Currents, waves, flow, “vibes”, seem to all be thematic as well. For instance, in our logo, we have electric currents, or waves, rippling through a blood moon over our city. River Flow Yoga and Wellness has been a key player in innovation in our area. Art Currents is also an online magazine for arts in our area. Our most noteworthy tourist attraction is the longest urban whitewater rafting in the world, with world renowned kayakers riding our waves all year round. Could this be part of our brand?

Remember, a brand is your reputation and what distinguishes one seller’s product from the othersbrand identity is the part of you that resonates with people after you leave the room and what they say about you; and branding is the practice of managing your reputation.

What do you think distinguishes Columbus, GA from other cities?

unnamed-1 11898544_499365653559844_795132953223241086_n IMG_2348 IMG_2066 MOTM 3 Sky View (4) 10429370_496425523858382_8111864090997144096_n IMG_2375 10437385_797451113639822_2977045032364660192_n

1 Comment

  1. Frank Braski

    December 21, 2015 at 4:01 pm

    “Electric River City” – As I think about the names and terms used to refer to the place I CHOOSE to call home, I, like you, find them lacking. From the Bi-cities, the “Fountain City”, I think I like “River City”, “Electric City” and the “Queen of the South” the best… The term Tri-cities makes me think of a 6-city Valley, a virtual “V” made up of the 3 Bi-cities of Auburn/Opelika, Columbus/Phenix City and West Point/La Grange, which I think still comprises the Greater Chattahoochee Valley.

    Names are important. What we call ourselves, and what we call home matters. And people form impressions of what they can and can not do based on names. I learned this when I used to operate FIRST Columbus LEGO, the volunteer non-profit that helps get our youth engaged in science and engineering pursuits. Many of my friends from “across the river” assumed they couldn’t participate because it was “Columbus” and there wasn’t as organized a program in Alabama. So I changed the name to Valley FIRST.

    Some might think we fell into the same trap with ColumbusMakesIT! But we chose the name deliberately and even weighed the pro’s and con’s of having it be ValleyMakesIT! We chose call our first makerspace ColumbusMakesIT because we wanted to convey the idea you CAN in fact, MakeIT in Columbus. You don’t HAVE to leave and go to Austin, Boston, Atlanta, or Nashville to #MakeIT big. Look at Big Dog Running!  We like the plurality of the ‘s’ because so many things, people and places help us #MakeIT! We also purposely use the exclamation point (!) in our name because we want to convey the excitement and energy in what we’re doing. From individuals, to schools, counties and businesses, we help identify events with the MakeIT branding. So ElectricCityLifeMakesIT , and UMakIT (our individual kits that you make) too! Right now, so it seems, PhenixCityMakesIT!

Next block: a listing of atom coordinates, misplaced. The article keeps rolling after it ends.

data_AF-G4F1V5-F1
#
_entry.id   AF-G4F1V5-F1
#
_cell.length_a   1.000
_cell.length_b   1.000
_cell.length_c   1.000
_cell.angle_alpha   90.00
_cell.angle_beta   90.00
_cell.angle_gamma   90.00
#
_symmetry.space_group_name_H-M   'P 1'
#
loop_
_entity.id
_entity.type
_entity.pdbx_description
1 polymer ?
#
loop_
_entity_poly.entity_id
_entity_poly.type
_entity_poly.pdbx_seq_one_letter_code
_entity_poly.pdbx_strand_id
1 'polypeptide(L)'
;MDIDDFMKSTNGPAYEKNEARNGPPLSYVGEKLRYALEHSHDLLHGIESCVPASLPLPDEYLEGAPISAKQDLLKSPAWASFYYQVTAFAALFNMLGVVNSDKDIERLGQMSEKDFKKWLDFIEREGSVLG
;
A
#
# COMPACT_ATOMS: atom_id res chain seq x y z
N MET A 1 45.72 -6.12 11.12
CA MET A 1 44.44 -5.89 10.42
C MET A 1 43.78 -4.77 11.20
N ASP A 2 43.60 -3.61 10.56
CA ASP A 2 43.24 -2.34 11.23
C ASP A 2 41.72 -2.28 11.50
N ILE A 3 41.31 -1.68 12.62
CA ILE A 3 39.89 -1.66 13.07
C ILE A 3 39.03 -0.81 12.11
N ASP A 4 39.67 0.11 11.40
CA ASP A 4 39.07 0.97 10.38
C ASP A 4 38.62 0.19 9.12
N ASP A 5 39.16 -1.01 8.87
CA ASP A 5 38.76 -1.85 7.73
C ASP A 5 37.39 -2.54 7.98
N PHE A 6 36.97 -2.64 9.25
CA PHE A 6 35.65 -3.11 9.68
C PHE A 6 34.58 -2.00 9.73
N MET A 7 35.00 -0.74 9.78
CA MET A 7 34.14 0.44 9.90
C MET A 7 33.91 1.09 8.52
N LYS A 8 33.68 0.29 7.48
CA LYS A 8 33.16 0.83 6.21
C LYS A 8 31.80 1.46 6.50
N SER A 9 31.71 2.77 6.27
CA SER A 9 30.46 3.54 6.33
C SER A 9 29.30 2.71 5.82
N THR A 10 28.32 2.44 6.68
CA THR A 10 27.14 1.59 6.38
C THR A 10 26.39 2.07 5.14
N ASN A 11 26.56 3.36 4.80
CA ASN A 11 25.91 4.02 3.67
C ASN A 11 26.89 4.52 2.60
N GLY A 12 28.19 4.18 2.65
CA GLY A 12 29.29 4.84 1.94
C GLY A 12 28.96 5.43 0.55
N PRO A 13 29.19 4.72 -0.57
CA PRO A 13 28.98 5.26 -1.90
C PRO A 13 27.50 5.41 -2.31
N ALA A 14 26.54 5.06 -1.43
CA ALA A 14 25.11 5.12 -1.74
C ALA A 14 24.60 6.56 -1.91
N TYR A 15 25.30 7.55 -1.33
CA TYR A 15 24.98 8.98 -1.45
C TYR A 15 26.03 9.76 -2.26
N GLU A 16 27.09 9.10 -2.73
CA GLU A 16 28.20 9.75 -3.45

We do like thinking about the greater Chattahoochee Valley region, though. But it is just not something that exactly rolls off the tongue, and it doesn’t lend itself to shorting very well, both of which are problematic for modern marketing, websites and hastags. I do like the River City Vibe, and of course I love Electric City because its one of those “brain-breaking” opportunities to explain that Columbus existed AND had electricity before Atlanta. And that Columbus existed before “HOTlanta” was even a thing!

    When I think of comparable areas of regional impact and what our southern neighbors are doing with the Emerald Coast, and what our north-eastern neighbors did with Research Triangle Park (RTP) in the Carolinas, I can’t help but wonder if a similar opportunity doesn’t exist right here with our own 6-city virtual “V” in the form of the 3 bi-city areas of Auburn/Opelika, Columbus/Phenix City and La Grange/West Point. Talk about synergy! If we could think long-term and work together to harness the business, political, social, economic, academic and technological talent and resources of our six cities, and the surrounding rural areas, we’d have a region to rival any in the country!

    But back to our River City Vibe… I like the River City. We all know it really is down town, but I like the “UP” in UpTown. Helps distinguish from MidTown.  Not sure C-town actually fits, but there is a certain je ne sais quoi with the river and electric city that I’m still searching for.

    I used to tell my professional colleagues (from outside of here) that it’s the biggest little town you’ve probably never heard of unless you tromped through the mud in boot camp or jumped out of perfectly good airplanes at one of the largest military bases in the world. And if you’ve ever watched sports, this is the home of Aflac. It’s a huge old mill town that’s revitalized itself by becoming a college town filled with artists, musicians and theaters. Never mind that approximately 1/5th of the US economy and a couple trillion dollars flows through our fiber optics in the form of coherent light. It’s a great place to raise a family, and like where I worked at the time, IBM, it’s a great place to be from. Not much of an elevator pitch I know, but there it was. I’m not a salesman. 😉

    But there’s a lot more to this area than that… Now I say there are tons of outdoor activities, thriving Saturday markets and a maker movement well underway. We’re starting to have some healthy mid-tier companies become more prominent and grow with external investment, and that is hugely promising. We’re starting to show signs of helping incubate and foster an entrepreneurial spirit reminiscent of this City’s and our country’s forefathers. We’re embracing the changes, there’s a lot of commercial real-estate available, construction abounds and we are poised for River Valley greatness. No offense to those that loved what progress has preserved, but I’m ready for 21st century Electric River City greatness!

Leave a Reply

Your email address will not be published. Required fields are marked *